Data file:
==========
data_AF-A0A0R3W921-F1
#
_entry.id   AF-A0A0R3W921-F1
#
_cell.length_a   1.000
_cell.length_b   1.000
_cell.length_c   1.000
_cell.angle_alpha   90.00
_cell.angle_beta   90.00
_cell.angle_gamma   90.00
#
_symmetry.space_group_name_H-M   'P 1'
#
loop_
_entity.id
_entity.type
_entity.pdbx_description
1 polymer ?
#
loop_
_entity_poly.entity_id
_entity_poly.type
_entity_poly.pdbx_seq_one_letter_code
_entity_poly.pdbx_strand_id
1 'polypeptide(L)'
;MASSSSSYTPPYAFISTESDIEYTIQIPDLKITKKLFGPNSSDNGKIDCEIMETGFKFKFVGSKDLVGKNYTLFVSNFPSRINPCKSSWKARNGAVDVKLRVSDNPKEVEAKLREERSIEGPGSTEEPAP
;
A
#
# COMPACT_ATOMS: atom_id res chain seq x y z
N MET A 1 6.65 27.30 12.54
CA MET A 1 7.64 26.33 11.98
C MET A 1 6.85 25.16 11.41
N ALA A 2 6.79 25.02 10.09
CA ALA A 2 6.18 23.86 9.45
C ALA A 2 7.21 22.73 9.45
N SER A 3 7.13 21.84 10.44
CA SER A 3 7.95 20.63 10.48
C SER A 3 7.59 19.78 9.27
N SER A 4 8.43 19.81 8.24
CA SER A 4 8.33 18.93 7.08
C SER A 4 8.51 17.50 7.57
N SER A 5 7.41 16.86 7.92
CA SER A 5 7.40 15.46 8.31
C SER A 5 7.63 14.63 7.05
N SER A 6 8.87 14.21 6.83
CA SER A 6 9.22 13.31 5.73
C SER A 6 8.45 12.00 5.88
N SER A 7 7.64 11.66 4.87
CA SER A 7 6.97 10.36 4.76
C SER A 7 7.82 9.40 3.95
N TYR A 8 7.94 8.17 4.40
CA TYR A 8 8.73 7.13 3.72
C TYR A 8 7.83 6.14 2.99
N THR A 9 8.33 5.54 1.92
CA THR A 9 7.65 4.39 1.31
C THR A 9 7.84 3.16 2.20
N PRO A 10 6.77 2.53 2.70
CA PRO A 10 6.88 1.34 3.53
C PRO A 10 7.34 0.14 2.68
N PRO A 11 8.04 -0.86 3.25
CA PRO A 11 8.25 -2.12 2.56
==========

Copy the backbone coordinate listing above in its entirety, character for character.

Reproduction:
data_AF-A0A0R3W921-F1
#
_entry.id   AF-A0A0R3W921-F1
#
_cell.length_a   1.000
_cell.length_b   1.000
_cell.length_c   1.000
_cell.angle_alpha   90.00
_cell.angle_beta   90.00
_cell.angle_gamma   90.00
#
_symmetry.space_group_name_H-M   'P 1'
#
loop_
_entity.id
_entity.type
_entity.pdbx_description
1 polymer ?
#
loop_
_entity_poly.entity_id
_entity_poly.type
_entity_poly.pdbx_seq_one_letter_code
_entity_poly.pdbx_strand_id
1 'polypeptide(L)'
;MASSSSSYTPPYAFISTESDIEYTIQIPDLKITKKLFGPNSSDNGKIDCEIMETGFKFKFVGSKDLVGKNYTLFVSNFPSRINPCKSSWKARNGAVDVKLRVSDNPKEVEAKLREERSIEGPGSTEEPAP
;
A
#
# COMPACT_ATOMS: atom_id res chain seq x y z
N MET A 1 6.65 27.30 12.54
CA MET A 1 7.64 26.33 11.98
C MET A 1 6.85 25.16 11.41
N ALA A 2 6.79 25.02 10.09
CA ALA A 2 6.18 23.86 9.45
C ALA A 2 7.21 22.73 9.45
N SER A 3 7.13 21.84 10.44
CA SER A 3 7.95 20.63 10.48
C SER A 3 7.59 19.78 9.27
N SER A 4 8.43 19.81 8.24
CA SER A 4 8.33 18.93 7.08
C SER A 4 8.51 17.50 7.57
N SER A 5 7.41 16.86 7.92
CA SER A 5 7.40 15.46 8.31
C SER A 5 7.63 14.63 7.05
N SER A 6 8.87 14.21 6.83
CA SER A 6 9.22 13.31 5.73
C SER A 6 8.45 12.00 5.88
N SER A 7 7.64 11.66 4.87
CA SER A 7 6.97 10.36 4.76
C SER A 7 7.82 9.40 3.95
N TYR A 8 7.94 8.17 4.40
CA TYR A 8 8.73 7.13 3.72
C TYR A 8 7.83 6.14 2.99
N THR A 9 8.33 5.54 1.92
CA THR A 9 7.65 4.39 1.31
C THR A 9 7.84 3.16 2.20
N PRO A 10 6.77 2.53 2.70
CA PRO A 10 6.88 1.34 3.53
C PRO A 10 7.34 0.14 2.68
N PRO A 11 8.04 -0.86 3.25
CA PRO A 11 8.25 -2.12 2.56